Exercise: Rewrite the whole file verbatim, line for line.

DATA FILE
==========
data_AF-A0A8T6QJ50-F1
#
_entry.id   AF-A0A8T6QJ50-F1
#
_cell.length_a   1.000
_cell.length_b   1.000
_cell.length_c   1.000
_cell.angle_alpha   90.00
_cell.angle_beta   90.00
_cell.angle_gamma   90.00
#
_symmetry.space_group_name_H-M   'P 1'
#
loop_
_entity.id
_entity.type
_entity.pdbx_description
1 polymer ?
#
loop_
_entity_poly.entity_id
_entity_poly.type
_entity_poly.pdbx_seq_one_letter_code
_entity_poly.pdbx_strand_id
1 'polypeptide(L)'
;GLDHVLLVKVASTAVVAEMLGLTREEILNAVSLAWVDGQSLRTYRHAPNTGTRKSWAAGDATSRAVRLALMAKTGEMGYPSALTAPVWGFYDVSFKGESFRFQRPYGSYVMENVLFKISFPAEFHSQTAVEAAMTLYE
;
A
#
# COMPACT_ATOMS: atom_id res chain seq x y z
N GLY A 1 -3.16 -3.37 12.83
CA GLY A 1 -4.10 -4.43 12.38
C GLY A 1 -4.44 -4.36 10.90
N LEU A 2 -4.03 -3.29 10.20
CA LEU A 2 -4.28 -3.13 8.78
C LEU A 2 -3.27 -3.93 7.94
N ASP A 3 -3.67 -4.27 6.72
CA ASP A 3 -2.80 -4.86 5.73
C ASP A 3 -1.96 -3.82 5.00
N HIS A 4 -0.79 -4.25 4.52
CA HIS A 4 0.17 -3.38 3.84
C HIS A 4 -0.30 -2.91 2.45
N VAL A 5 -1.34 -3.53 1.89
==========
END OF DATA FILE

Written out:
data_AF-A0A8T6QJ50-F1
#
_entry.id   AF-A0A8T6QJ50-F1
#
_cell.length_a   1.000
_cell.length_b   1.000
_cell.length_c   1.000
_cell.angle_alpha   90.00
_cell.angle_beta   90.00
_cell.angle_gamma   90.00
#
_symmetry.space_group_name_H-M   'P 1'
#
loop_
_entity.id
_entity.type
_entity.pdbx_description
1 polymer ?
#
loop_
_entity_poly.entity_id
_entity_poly.type
_entity_poly.pdbx_seq_one_letter_code
_entity_poly.pdbx_strand_id
1 'polypeptide(L)'
;GLDHVLLVKVASTAVVAEMLGLTREEILNAVSLAWVDGQSLRTYRHAPNTGTRKSWAAGDATSRAVRLALMAKTGEMGYPSALTAPVWGFYDVSFKGESFRFQRPYGSYVMENVLFKISFPAEFHSQTAVEAAMTLYE
;
A
#
# COMPACT_ATOMS: atom_id res chain seq x y z
N GLY A 1 -3.16 -3.37 12.83
CA GLY A 1 -4.10 -4.43 12.38
C GLY A 1 -4.44 -4.36 10.90
N LEU A 2 -4.03 -3.29 10.20
CA LEU A 2 -4.28 -3.13 8.78
C LEU A 2 -3.27 -3.93 7.94
N ASP A 3 -3.67 -4.27 6.72
CA ASP A 3 -2.80 -4.86 5.73
C ASP A 3 -1.96 -3.82 5.00
N HIS A 4 -0.79 -4.25 4.52
CA HIS A 4 0.17 -3.38 3.84
C HIS A 4 -0.30 -2.91 2.45
N VAL A 5 -1.34 -3.53 1.89